The Building That Needed To Be Repaired In Secret

When it comes to complex construction work, it is always best to work with professionals from design to completion.

Part of this is to avoid any headaches, as architects and builders in Wolverhampton know about local planning regulations and work with local planning authorities to ensure that your work is safe, legal and gets the proper permissions.

Another part of it is that the more expertise and greater care you have over a design, the less likely you will need to undertake expensive repairs later on, as was the somewhat infamous case of the Citicorp Centre

Completed in 1977 and designed by William LeMessurier, the Citicorp (now Citigroup) Centre had several rather unusual design features, including diagonal steel bracing to resist strong winds and a base that was raised on four stilts.

Typically the building would not be troubled by strong winds due to the mass damper system that absorbs vibrations, but in the case of a power cut, its ability to resist gale-force winds was reduced far more significantly than was originally thought.

An engineering student at Princeton University, Diane Hartley, was the first to raise concerns that in the event of a power outage that could be possible in hurricane conditions, which started a chain of events that led to a much bigger problem being discovered.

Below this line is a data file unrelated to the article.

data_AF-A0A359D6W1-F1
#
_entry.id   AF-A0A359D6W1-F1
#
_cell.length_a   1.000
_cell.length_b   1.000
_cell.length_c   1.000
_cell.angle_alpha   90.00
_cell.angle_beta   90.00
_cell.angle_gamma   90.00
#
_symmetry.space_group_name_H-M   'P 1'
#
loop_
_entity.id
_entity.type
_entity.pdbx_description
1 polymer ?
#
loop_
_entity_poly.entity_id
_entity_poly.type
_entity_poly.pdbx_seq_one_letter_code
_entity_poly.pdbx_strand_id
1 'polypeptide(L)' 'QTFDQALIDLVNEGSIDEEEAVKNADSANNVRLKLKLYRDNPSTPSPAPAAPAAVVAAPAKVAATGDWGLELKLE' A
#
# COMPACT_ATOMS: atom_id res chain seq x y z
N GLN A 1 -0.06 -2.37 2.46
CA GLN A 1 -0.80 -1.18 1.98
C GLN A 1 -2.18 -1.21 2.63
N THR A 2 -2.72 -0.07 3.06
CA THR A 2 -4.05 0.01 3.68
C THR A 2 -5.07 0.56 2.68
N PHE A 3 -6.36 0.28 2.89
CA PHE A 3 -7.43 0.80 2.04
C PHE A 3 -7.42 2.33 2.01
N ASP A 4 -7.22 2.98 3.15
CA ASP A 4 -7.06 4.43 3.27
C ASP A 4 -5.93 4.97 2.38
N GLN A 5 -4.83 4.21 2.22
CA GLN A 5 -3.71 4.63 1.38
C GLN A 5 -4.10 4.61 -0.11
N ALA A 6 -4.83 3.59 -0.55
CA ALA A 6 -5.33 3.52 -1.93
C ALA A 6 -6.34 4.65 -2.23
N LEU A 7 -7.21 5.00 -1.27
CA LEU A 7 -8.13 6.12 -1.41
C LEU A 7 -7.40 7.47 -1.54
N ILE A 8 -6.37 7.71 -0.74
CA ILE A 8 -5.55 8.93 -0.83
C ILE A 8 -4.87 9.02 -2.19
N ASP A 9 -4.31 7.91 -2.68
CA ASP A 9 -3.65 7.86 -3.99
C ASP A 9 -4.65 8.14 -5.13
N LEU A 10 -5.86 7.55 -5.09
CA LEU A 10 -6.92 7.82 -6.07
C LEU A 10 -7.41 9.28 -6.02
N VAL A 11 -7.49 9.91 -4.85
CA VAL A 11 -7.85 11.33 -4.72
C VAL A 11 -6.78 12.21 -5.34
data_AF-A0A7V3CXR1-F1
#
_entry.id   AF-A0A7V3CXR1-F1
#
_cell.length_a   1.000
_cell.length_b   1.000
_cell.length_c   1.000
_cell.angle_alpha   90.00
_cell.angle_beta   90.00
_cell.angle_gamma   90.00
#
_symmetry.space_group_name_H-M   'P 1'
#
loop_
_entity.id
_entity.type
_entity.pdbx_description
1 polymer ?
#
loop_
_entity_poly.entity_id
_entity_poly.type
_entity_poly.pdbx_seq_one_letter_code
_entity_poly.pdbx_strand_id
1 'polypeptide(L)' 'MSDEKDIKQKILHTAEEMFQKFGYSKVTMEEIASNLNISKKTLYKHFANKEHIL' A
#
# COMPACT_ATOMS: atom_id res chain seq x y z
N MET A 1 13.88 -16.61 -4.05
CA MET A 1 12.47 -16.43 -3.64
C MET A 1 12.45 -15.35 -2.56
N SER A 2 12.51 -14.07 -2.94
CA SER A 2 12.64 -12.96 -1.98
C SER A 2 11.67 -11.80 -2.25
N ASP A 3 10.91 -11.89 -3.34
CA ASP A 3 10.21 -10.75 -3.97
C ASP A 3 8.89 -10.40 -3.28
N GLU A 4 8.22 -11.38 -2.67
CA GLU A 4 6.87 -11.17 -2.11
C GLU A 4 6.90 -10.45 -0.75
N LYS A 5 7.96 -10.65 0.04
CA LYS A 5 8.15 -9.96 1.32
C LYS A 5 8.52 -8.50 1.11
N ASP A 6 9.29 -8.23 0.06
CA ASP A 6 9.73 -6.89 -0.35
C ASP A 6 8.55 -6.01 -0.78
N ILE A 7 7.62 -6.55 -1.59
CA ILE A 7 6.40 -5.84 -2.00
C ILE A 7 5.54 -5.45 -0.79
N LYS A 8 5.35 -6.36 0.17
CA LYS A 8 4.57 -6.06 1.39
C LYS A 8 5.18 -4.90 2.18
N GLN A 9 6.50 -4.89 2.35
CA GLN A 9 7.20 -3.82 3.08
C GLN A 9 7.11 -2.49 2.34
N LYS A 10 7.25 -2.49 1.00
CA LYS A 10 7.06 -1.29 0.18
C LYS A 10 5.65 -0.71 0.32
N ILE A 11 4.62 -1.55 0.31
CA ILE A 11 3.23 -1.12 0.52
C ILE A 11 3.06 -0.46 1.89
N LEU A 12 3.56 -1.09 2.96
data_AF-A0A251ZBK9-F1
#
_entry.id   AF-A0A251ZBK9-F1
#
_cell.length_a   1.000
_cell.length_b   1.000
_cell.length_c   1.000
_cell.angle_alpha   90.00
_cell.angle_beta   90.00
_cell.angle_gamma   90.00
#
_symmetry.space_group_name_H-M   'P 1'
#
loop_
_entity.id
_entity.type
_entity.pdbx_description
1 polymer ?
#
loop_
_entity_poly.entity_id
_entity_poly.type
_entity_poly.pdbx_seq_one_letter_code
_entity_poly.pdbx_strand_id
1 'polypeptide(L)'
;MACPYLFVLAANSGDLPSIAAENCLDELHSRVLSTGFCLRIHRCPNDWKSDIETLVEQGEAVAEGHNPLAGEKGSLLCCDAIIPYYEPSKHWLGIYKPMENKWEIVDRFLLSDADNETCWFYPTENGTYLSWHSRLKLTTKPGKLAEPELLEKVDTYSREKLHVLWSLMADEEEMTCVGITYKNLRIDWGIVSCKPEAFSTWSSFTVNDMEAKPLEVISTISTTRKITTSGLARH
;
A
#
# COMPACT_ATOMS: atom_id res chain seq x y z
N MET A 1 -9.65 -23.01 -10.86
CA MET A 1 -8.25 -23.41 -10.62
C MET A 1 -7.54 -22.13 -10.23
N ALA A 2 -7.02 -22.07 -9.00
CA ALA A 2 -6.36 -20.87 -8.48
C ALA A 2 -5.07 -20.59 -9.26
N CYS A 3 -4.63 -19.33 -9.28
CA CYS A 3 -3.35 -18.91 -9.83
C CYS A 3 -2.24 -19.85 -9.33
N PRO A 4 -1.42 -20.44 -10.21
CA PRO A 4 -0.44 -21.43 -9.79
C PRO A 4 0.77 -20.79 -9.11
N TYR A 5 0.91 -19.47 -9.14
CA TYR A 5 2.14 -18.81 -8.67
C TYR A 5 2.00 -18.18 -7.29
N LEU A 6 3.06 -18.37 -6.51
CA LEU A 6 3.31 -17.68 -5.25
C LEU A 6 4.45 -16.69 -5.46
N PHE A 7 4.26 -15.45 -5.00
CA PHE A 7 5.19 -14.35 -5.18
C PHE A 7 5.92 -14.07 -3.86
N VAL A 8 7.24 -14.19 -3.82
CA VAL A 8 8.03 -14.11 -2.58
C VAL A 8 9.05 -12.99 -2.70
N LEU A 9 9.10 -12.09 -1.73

Ms Hartley’s discrepancy was combined with the revelation that the welded building joints had been substituted for bolts which was not a feature in 

his original design.

After a call with architecture student Lee DeCarolis, Mr LeMessurier decided to recalculate the wind loads and found out to his horror that a 70 mph wind could potentially knock the skyscraper down, causing untold casualties.

After contemplating hiding the issue or much worse, he ultimately decided to fix the problem in secret, setting up emergency generators for the damper and arranging for welded panels to be fitted at night to avoid causing panic, scandal and reputation damage.

As it happened, all three local newspapers were on strike at the time, and the story was only published in 1995, nearly three decades later.

How To Mend And Maintain Your Roof During The Summer

Summer is the perfect time to catch up on your floor care and maintenance as the weather is far less extreme than in the winter. This allows you to ensure your roof is in great condition for the rest of the year.

Once the weather clears up it is much easier to check for and address any issues you may be facing. The first step in maintaining your roof this summer is to get up there and inspect the roof for any signs of damage.

This can include missing roof tiles, loose shingles or any cracks and crevices that may have formed. It will be much easier to see these in dry, bright weather meaning this should be a much simpler job than checking during the colder, rainy seasons.

If you do find any damage it is important that you get it fixed as soon as possible to ensure no further damage occurs and to make sure your roof is in optimal condition.